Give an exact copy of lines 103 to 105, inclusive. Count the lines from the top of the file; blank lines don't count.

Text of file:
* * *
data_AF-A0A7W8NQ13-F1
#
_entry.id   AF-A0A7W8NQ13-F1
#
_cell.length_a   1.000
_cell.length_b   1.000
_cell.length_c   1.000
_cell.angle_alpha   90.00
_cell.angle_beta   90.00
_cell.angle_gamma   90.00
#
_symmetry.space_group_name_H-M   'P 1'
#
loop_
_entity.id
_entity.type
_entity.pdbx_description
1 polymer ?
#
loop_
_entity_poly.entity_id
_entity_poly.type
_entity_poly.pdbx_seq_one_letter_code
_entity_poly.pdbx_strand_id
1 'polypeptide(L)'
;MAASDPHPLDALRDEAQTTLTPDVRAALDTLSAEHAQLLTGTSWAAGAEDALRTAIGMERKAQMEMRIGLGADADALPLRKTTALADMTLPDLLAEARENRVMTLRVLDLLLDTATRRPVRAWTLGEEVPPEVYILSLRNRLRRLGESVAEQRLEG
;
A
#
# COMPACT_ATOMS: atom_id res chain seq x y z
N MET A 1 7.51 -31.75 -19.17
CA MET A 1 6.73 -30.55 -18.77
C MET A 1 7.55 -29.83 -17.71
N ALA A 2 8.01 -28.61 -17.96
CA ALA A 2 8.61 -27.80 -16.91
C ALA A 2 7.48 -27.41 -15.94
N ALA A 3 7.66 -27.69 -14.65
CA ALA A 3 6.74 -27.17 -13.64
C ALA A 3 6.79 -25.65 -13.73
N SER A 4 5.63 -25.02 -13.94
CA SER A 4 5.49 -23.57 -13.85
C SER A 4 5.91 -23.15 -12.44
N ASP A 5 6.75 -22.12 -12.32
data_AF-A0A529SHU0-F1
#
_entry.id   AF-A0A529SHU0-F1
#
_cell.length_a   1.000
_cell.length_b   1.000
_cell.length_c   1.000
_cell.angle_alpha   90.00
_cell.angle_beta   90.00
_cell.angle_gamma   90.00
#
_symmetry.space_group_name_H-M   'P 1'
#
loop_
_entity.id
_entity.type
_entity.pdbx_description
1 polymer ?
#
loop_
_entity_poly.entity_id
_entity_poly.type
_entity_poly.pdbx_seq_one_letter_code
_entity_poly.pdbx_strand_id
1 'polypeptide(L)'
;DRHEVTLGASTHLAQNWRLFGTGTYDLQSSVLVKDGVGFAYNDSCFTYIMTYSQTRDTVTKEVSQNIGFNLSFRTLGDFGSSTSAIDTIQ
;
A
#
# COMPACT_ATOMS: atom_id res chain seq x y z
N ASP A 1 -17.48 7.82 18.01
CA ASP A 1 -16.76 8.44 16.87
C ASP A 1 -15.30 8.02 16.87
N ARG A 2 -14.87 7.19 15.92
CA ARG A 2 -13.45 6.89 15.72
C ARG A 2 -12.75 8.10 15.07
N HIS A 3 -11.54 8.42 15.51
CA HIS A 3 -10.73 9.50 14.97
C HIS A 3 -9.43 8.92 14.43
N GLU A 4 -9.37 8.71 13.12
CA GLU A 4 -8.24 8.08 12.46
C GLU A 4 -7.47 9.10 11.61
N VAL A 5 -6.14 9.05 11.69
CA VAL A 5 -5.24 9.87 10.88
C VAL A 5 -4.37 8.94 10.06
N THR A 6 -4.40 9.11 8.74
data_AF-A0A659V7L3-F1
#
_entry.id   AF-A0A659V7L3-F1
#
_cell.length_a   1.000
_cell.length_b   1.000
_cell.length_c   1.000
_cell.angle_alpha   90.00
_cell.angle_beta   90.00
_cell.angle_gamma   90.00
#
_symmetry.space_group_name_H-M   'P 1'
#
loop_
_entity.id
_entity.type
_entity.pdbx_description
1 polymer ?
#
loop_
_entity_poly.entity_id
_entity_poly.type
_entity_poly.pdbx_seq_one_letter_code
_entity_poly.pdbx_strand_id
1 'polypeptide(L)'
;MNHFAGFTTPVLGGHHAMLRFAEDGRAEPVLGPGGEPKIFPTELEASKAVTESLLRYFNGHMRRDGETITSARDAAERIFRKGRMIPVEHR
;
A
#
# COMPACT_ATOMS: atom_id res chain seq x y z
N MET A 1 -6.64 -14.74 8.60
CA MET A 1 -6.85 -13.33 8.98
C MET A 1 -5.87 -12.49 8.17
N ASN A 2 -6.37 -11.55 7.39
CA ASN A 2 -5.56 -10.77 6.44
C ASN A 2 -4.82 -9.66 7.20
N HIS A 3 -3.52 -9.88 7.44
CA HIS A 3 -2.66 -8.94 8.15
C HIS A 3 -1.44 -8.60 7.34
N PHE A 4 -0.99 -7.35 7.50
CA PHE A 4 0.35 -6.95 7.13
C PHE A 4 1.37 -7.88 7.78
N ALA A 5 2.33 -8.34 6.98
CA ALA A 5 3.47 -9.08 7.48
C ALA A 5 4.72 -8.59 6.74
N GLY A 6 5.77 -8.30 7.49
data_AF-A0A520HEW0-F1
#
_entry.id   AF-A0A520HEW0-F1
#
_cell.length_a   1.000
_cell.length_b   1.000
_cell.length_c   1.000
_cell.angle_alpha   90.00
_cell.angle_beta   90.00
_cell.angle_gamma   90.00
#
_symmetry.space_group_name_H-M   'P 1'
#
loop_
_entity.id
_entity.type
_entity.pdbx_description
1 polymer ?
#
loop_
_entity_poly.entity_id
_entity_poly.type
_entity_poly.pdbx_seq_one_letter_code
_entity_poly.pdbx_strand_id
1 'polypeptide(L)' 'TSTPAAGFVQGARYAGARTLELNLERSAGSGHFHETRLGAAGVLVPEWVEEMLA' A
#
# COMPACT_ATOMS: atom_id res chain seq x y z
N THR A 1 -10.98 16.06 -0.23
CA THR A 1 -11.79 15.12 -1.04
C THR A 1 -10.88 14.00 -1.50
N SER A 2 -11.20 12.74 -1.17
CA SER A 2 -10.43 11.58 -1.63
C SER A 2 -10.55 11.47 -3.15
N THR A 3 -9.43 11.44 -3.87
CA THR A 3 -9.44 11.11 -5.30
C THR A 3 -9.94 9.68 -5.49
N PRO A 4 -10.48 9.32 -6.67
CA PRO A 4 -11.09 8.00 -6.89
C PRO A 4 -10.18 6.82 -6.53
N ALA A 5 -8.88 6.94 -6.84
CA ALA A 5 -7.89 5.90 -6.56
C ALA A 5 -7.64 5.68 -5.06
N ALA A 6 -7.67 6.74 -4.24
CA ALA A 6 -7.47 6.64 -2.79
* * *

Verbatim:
loop_
_entity.id
_entity.type